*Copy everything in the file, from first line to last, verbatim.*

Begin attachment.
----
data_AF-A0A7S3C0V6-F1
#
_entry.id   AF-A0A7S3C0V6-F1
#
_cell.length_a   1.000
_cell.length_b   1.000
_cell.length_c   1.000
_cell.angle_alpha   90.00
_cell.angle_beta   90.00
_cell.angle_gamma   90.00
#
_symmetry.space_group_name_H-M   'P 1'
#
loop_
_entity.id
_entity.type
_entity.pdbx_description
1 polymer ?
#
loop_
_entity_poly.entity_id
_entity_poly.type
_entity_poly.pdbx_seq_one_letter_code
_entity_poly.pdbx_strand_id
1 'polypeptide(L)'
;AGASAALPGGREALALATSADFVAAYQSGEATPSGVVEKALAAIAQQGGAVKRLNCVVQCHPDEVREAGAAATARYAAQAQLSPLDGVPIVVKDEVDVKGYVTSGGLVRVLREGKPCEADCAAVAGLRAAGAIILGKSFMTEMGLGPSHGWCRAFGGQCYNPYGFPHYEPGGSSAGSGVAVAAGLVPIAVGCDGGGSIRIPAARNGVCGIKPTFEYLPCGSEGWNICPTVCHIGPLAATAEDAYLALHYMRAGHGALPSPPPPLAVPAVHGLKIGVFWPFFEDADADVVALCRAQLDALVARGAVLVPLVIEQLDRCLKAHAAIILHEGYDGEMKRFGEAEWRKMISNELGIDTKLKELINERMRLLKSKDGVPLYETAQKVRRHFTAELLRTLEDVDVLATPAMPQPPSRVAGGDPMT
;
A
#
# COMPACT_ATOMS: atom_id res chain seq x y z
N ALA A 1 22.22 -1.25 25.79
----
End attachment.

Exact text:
data_AF-A0A7S3C0V6-F1
#
_entry.id   AF-A0A7S3C0V6-F1
#
_cell.length_a   1.000
_cell.length_b   1.000
_cell.length_c   1.000
_cell.angle_alpha   90.00
_cell.angle_beta   90.00
_cell.angle_gamma   90.00
#
_symmetry.space_group_name_H-M   'P 1'
#
loop_
_entity.id
_entity.type
_entity.pdbx_description
1 polymer ?
#
loop_
_entity_poly.entity_id
_entity_poly.type
_entity_poly.pdbx_seq_one_letter_code
_entity_poly.pdbx_strand_id
1 'polypeptide(L)'
;AGASAALPGGREALALATSADFVAAYQSGEATPSGVVEKALAAIAQQGGAVKRLNCVVQCHPDEVREAGAAATARYAAQAQLSPLDGVPIVVKDEVDVKGYVTSGGLVRVLREGKPCEADCAAVAGLRAAGAIILGKSFMTEMGLGPSHGWCRAFGGQCYNPYGFPHYEPGGSSAGSGVAVAAGLVPIAVGCDGGGSIRIPAARNGVCGIKPTFEYLPCGSEGWNICPTVCHIGPLAATAEDAYLALHYMRAGHGALPSPPPPLAVPAVHGLKIGVFWPFFEDADADVVALCRAQLDALVARGAVLVPLVIEQLDRCLKAHAAIILHEGYDGEMKRFGEAEWRKMISNELGIDTKLKELINERMRLLKSKDGVPLYETAQKVRRHFTAELLRTLEDVDVLATPAMPQPPSRVAGGDPMT
;
A
#
# COMPACT_ATOMS: atom_id res chain seq x y z
N ALA A 1 22.22 -1.25 25.79